|EmotiW-Video ||Videos||Individual||1426 short videos (s)||in-the-wild||7 emotion categories|
|Our GEVC||Videos||Group ()||627 videos (s)||in-the-wild||
4 Experimental Results
In this section, we first introduce our new collected GECV dataset for ER on crowd videos in sub-section 4.1. Then, the proposed emoNet will be benchmarked and compared against other prior ER methods on AffectNet database in sub-section 4.2. The proposed NVPF approach is evaluated and compared against established methods on EmotiW2017 and EmotiW2018 challenge in sub-section 4.3. Finally, our proposed TNVPF framework will be evaluated on crowd videos GECV dataset in sub-section 4.4.
In this section, we introduce our new collected database named Group-level Emotion on Crowded Videos (GECV) to study ER in group-level in crowd videos. The presented GECV dataset contains 627 videos in total with 204 positive videos, 202 negative videos, and 221 neutral videos. Each video has about 300 frames ranging in duration from 10 to 20 secs. Each video frame consists of 20 people or more, which we define minimally as a crowd. The facial emotions in these videos have been focused on three emotion states, positive, negative or neutral. The ground-truth in these videos are manually labeled.
To the best of our knowledge, the proposed GECV is the first video database that contains videos footage and annotations for group-level ER on videos. The comparison between the properties of this database and others are presented in Table 3. All videos have been collected by using search engines such as Google and YouTube to locate videos that may contain crowds as defined above. Search criteria such as festival, marching, wedding party, parade, funeral, game shows, sport, stadium, congress meeting etc. are used to find candidate videos. To create diversity among videos, we translate the keywords into different languages to obtain videos from various places. All chosen videos have high quality i.e. more than 480p in resolutions.
4.2 Benchmarking the proposed emoNet on Single Subject Emotion
To demonstrate the effectiveness of the proposed emoNet on recognizing facial expression on single object, we use AffectNet dataset  to benchmark the proposed network and make comparison against other state-of-the-art work including: AlexNet (reported baseline) , ResNet-18 , ResNet-34 , ResNet-101 , DenseNet-121 , MobileNetV1 , MobileFaceNet , etc. AffectNet database is organized in such a way that there are 415,000 images for training and 5,500 images for validation. All the images are manually annotated with seven facial expression categories. However, the training set of this database is highly imbalanced, for example, ”happy” class has about 100K images whereas some other classes like fear or disgust, only has few thousand images. Fig. 6 shows the performance of our proposed emoNet compared against other networks on the AffectNet database. While emoNet gives highly accurate recognizing emotion, it’s model size remains small (MB).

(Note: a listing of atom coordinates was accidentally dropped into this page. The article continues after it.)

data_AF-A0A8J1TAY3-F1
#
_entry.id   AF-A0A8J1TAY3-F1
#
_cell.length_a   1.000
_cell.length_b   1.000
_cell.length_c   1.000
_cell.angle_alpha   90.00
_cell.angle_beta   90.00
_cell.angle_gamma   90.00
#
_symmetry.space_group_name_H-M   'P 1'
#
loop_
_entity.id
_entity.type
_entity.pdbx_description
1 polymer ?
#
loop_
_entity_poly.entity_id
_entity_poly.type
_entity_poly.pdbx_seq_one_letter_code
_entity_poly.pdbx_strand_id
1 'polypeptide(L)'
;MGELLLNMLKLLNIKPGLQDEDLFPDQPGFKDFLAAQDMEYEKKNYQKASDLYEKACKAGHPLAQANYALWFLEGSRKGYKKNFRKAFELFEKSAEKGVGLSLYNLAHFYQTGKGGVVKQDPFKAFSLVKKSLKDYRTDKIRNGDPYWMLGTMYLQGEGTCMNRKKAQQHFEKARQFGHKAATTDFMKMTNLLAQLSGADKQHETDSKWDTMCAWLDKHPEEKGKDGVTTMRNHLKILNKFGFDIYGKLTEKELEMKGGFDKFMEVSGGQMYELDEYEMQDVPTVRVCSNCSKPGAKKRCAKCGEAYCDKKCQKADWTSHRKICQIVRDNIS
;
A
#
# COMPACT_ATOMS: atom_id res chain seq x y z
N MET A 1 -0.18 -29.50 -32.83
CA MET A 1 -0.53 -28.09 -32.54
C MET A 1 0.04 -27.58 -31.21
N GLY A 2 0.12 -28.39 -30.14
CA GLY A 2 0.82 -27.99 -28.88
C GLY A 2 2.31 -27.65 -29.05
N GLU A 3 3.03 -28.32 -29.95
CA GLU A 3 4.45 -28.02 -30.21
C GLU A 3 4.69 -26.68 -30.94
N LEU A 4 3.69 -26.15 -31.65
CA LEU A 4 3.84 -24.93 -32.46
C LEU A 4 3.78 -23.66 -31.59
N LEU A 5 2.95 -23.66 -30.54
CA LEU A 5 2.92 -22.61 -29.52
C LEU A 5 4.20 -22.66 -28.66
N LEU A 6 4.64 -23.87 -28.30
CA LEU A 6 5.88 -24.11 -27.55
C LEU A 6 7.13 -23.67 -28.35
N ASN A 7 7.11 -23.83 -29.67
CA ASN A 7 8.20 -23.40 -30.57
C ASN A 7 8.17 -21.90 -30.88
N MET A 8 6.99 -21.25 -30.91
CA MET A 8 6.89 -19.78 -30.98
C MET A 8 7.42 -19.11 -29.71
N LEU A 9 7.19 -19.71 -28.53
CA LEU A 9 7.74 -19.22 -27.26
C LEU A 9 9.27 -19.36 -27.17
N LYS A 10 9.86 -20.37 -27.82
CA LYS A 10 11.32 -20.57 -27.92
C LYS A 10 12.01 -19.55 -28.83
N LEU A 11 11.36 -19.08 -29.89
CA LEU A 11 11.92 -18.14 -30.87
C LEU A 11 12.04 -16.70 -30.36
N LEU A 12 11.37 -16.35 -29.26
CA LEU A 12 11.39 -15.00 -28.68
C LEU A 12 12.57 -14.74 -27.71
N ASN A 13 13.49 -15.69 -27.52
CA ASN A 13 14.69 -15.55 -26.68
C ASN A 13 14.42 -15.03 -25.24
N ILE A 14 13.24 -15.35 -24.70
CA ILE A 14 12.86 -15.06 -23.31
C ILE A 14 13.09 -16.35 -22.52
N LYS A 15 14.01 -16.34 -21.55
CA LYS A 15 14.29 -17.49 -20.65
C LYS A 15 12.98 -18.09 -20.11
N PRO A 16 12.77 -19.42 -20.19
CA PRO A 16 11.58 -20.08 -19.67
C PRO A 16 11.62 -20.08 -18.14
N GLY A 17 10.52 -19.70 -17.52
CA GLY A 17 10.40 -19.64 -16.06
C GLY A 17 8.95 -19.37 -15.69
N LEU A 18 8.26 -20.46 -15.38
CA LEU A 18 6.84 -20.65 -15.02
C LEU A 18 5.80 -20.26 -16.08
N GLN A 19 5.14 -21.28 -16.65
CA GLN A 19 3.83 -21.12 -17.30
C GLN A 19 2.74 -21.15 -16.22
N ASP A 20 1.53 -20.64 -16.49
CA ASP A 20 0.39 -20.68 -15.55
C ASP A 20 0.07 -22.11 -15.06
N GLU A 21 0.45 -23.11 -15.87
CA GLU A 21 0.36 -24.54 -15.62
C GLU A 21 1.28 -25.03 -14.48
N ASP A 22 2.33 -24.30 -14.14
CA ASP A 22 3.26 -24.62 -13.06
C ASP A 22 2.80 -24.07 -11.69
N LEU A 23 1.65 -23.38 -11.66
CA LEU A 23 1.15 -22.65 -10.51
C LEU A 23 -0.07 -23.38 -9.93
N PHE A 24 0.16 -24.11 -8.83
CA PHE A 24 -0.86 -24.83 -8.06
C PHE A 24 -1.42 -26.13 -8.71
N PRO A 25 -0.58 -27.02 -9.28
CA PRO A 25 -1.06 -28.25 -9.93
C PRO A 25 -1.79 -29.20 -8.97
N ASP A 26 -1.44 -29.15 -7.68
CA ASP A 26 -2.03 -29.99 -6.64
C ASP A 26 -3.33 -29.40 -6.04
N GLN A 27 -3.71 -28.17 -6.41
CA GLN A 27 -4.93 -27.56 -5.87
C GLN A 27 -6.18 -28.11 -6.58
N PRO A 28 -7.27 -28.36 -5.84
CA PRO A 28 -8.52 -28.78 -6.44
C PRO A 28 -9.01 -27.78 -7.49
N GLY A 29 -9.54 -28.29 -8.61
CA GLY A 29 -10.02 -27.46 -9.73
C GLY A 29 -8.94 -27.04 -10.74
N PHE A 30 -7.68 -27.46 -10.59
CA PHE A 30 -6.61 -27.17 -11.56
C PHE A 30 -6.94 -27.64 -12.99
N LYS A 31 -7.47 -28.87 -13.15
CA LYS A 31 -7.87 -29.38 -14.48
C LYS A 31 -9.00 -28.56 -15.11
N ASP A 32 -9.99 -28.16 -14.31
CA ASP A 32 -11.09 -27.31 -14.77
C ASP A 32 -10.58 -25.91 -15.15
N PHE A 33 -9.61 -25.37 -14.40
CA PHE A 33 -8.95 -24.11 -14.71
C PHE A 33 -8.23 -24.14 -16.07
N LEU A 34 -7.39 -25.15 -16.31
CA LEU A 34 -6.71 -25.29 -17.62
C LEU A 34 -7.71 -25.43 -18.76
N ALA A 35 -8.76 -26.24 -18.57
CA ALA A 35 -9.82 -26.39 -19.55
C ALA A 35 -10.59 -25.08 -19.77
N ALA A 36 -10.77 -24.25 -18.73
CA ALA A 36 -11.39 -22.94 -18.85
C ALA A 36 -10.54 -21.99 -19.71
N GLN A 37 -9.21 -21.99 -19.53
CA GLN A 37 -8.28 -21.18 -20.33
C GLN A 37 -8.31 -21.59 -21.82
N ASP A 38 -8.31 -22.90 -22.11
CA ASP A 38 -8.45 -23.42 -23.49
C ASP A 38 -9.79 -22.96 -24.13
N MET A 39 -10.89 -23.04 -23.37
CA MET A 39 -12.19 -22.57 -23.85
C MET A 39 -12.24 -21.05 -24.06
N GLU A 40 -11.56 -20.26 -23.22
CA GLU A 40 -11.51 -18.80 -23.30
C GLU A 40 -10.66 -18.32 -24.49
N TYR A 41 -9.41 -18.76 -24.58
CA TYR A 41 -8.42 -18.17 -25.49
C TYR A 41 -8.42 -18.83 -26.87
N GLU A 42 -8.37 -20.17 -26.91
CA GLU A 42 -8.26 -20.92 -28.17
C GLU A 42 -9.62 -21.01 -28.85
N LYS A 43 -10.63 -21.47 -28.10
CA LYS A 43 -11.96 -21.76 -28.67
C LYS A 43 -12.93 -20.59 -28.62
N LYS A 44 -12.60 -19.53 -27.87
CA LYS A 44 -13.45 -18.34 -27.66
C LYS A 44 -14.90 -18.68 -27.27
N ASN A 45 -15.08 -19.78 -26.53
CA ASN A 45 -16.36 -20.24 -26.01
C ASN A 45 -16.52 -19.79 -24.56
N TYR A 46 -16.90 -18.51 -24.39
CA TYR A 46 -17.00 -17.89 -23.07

|Model||EmotiW||Network / Feature||Fusion scheme||Fusion Stage||mAC||UAR||F1||Neu||Pos||Neg|
|Tan et al. ||2017||SphereFace||Averaging||Score||74.1%||–||–||–||–||–|
|Wei et al. ||2017||VGG-Face||LSTM||Feature||74.14 %||–||–||–||–||–|
|Rassadin et al. ||2017||VGG-Face||Median||Feature||70.11 %||–||–||–||–||–|
|Khan et al. ||2018||ResNet18||Averaging||Score||69.72%||–||–||–||–||–|
|Gupta et al ||2018||SphereFace||Averaging||Feature||73.03%||–||–||–||–||–|
|Gupta et al. ||2018||SphereFace||Attention||Feature||74.38%||–||–||–||–||–|
|Guo et al. ||2018||VGG-Face||Concat||Feature||74%||0.74||–||66.48%||75.68%||81.38%|
|FeC + RNN||59.68%||65%||50%||63.64%|
|FeC + LSTM||69.35%||70%||50%||86.36%|
4.3 Benchmarking the proposed NVPF on Group-level Emotion
In this section, the group-level datasets from both EmotiW 2017 and 2018 challenges are used to benchmark the proposed NVPF fusion mechanism and compare against other recent works on group-level ER with different fusion strategies. EmotiW 2017 contains 3,630 training, 2,068 validation, and 772 testing images. EmotiW 2018 is an extension of EmotiW 2017 with 9,815 images for training, 4,346 images for validation, and 3,011 for testing, respectively. In order to evaluate only the proposed NVPF component and compare agaist other fusion mechanisms, we have made the various experiments on emoNet (Sec.3.1.) using different fusion strategies including: averaging score fusion, concatenating feature fusion and NVPF. We name (i) Fused emoNetA (FeA) for the framework where emoNet is used for facial expression extracting together score fusion level with averaging mechanism; (ii) Fused emoNetB (FeB) for the framework where emoNet is used for facial expression extracting together feature fusion level with concatenating mechanism; (iii) Fused emoNetC (FeC) for the framework where emoNet is used for facial expression extracting together feature fusion level with the proposed NVPF. The performance of three frameworks FeA, FeB, FeC are evaluate on EmotiW2018 challenge which is an extension of EmotiW2017 challenge. Overall/mean accuracy, per class accuracy, mean F1 and Unweighted Average Recall (UAR) are reported in this experiment. Table 4 summarizes all the state-of-the-art approaches on the EmotiW2017 and EmotiW2018 challenges and the performance of our model emoNet with different fusion scheme (FeA, FeB, FeC) on the EmotiW 2018. As we can see from Table 4, our model using emoNet network to extract features and NVPF scheme to fuse those feature gives the best results among all other group-level ER approaches on the EmotiW2018.